Gallbladder, Colon & Spleen Surgery
Newark, DE 19713
Phone: (302) 892-9900
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- Wilmington, DE
- Newark, DE
- Bear, DE
- Dover, DE
- Middletown, DE
- Seaford, DE
- Chester, PA
- West Chester, PA
- Elkton, MD
- Aberdeen, MD
- Woodbury, NJ
- Pennsville, NJ
Gallbladder removal is one of the most commonly performed surgical procedures in the United States. Today, gallbladder surgery is performed laparoscopically. The medical name for this procedure is Laparoscopic Cholecystectomy.
The gallbladder is a pear-shaped organ that rests beneath the right side of the liver. Its main purpose is to collect and concentrate a digestive liquid (bile) produced by the liver. Bile is released from the gallbladder after eating, aiding digestion. Bile travels through narrow tubular channels (bile ducts) into the small intestine.
Removal of the gallbladder is not associated with any impairment of digestion in most people. Gallbladder problems are usually caused by the presence of gallstones: small hard masses consisting primarily of cholesterol and bile salts that form in the gallbladder or in the bile duct. It is uncertain why some people form gallstones.
There is no known means to prevent gallstones. These stones may block the flow of bile out of the gallbladder, causing it to swell and resulting in sharp abdominal pain, vomiting, indigestion and, occasionally, fever. If the gallstone blocks the common bile duct, jaundice (a yellowing of the skin) can occur.
The surgeons at CHRIAS typically perform this procedure using minimally invasive techniques. A thorough medical evaluation by your personal physician, in consultation with a surgeon trained in laparoscopy, can determine if laparoscopic gallbladder removal is an appropriate procedure for you.
Patients undergoing colon surgery often face a long and difficult recovery because the traditional "open" procedures are highly invasive. In most cases, surgeons are required to make a long incision. Surgery results in an average hospital stay of a week or more and usually 6 weeks of recovery.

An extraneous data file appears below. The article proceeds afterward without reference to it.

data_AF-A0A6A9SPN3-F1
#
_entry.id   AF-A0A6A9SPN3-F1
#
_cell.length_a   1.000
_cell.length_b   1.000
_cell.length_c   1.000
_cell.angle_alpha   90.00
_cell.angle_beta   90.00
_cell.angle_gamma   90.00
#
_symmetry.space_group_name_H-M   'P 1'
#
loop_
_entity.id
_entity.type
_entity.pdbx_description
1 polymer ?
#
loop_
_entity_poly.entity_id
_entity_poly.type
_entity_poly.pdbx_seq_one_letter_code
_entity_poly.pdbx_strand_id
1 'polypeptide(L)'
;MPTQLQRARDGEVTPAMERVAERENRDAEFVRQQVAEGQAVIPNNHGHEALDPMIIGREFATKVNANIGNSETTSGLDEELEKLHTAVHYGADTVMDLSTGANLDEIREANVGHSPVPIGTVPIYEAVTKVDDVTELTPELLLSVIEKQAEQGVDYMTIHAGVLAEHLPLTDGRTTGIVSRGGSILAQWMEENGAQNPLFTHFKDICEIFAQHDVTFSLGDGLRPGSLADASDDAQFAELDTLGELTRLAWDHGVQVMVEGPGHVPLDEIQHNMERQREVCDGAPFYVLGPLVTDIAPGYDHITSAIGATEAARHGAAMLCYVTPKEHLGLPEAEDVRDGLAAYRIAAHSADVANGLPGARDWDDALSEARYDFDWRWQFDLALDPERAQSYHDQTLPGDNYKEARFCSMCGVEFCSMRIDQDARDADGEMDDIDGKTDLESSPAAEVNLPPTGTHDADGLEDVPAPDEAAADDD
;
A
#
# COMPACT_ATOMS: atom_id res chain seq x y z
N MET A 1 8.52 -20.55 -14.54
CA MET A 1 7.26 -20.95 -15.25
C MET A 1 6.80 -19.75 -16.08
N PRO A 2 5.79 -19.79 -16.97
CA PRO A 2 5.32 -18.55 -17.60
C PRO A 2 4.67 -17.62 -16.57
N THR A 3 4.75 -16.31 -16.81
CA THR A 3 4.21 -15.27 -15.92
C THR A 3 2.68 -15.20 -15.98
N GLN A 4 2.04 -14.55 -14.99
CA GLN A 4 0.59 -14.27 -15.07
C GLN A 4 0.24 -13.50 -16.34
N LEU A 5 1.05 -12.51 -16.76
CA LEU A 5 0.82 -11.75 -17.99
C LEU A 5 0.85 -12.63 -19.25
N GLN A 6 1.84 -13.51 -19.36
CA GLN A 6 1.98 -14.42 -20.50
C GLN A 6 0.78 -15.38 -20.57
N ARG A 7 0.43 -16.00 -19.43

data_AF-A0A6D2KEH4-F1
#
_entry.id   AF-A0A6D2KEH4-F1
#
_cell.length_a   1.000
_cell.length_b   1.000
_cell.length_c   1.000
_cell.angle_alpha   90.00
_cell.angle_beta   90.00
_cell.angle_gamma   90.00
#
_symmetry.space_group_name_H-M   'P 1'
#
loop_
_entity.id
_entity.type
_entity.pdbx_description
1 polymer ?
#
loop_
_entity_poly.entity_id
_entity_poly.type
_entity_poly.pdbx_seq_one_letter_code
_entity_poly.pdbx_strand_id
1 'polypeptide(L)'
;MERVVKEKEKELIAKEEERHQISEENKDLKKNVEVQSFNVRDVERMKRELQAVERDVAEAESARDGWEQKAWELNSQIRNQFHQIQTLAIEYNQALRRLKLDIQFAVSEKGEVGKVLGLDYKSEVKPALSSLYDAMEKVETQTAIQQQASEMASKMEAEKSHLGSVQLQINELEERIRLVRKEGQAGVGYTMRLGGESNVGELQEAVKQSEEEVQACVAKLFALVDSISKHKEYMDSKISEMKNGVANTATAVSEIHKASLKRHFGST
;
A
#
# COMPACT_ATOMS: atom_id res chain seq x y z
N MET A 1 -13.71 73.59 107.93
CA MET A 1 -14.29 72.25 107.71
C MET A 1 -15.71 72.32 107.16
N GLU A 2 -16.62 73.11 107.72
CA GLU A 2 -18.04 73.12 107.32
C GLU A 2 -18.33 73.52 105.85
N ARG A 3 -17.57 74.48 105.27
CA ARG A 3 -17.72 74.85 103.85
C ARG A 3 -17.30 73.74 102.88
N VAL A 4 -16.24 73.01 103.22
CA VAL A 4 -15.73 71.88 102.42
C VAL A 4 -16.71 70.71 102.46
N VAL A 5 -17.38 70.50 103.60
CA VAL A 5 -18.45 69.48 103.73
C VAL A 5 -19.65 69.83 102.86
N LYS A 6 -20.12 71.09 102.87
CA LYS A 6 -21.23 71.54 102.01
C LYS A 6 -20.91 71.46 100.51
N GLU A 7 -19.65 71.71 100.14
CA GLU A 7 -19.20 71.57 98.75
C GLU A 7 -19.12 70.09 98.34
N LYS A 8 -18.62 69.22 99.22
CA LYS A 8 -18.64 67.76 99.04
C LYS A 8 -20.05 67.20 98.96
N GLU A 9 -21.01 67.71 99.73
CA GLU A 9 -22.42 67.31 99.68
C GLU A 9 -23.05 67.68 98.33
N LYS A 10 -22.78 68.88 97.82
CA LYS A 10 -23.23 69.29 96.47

The surgeons at CHRIAS typically perform this procedure using minimally invasive techniques instead. The laparoscopic technique allows surgeons to perform many common colon procedures through small incisions. Depending on the type of procedure, patients may leave the hospital in a few days and return to normal activities more quickly than patients recovering from open surgery.
Laparoscopic colectomy is an alternative to open colectomy for curable cancer. When performed by experienced surgeons, laparoscopic colectomy survival results are comparable to those of open colectomy. These equivalent outcomes are the result of adherence to standard cancer resection techniques, including but not limited to complete exploration of the abdomen, adequate proximal and distal margins, ligation of the major vessels at their respective origins, containment and careful tissue handling, and en bloc resection with negative tumor margins when using the laparoscopic approach.
Although laparoscopic colon resection has many benefits, it may not be appropriate for some patients. Obtain a thorough medical evaluation by a surgeon qualified in laparoscopic colon resection in consultation with your primary care physician to find out if the technique is appropriate for you.
There are several reasons why a spleen might need to be removed, and the following list, though not all-inclusive, includes the most common reasons:
- The most common reason is a condition called idiopathic (unknown cause) thrombocytopenia (low platelets) purpura (ITP). Platelets are blood cells which aid is blood clotting.
- Hemolytic anemia (a condition that breaks down red blood cells) requires a spleen removal to prevent or decrease the need for transfusion.
- Cancers of the cells that fight infection, known as lymphoma or certain types of leukemia, require spleen removal. When the spleen gets enlarged, it sometimes removes too many platelets from your blood and has to be removed.
- Other reasons include hereditary (genetic) conditions that affect the shape of ed blood cells, conditions known as spherocystosis, sickle cell disease or thallassemia.
The surgeons at CHRIAS typically perform this procedure using minimally invasive techniques. Most patients can have a laparoscopic splenectomy. Though the experience of the surgeon is the biggest factor in a successful outcome, the size of the spleen is the most important determinant in deciding whether the spleen can be removed laparoscopically. When the size of the spleen is extremely large, it is difficult to perform the laparoscopic technique.
You should obtain a thorough evaluation by a surgeon qualified in laparoscopic spleen removal along with consultation with your other physicians to find out if this technique is appropriate for you.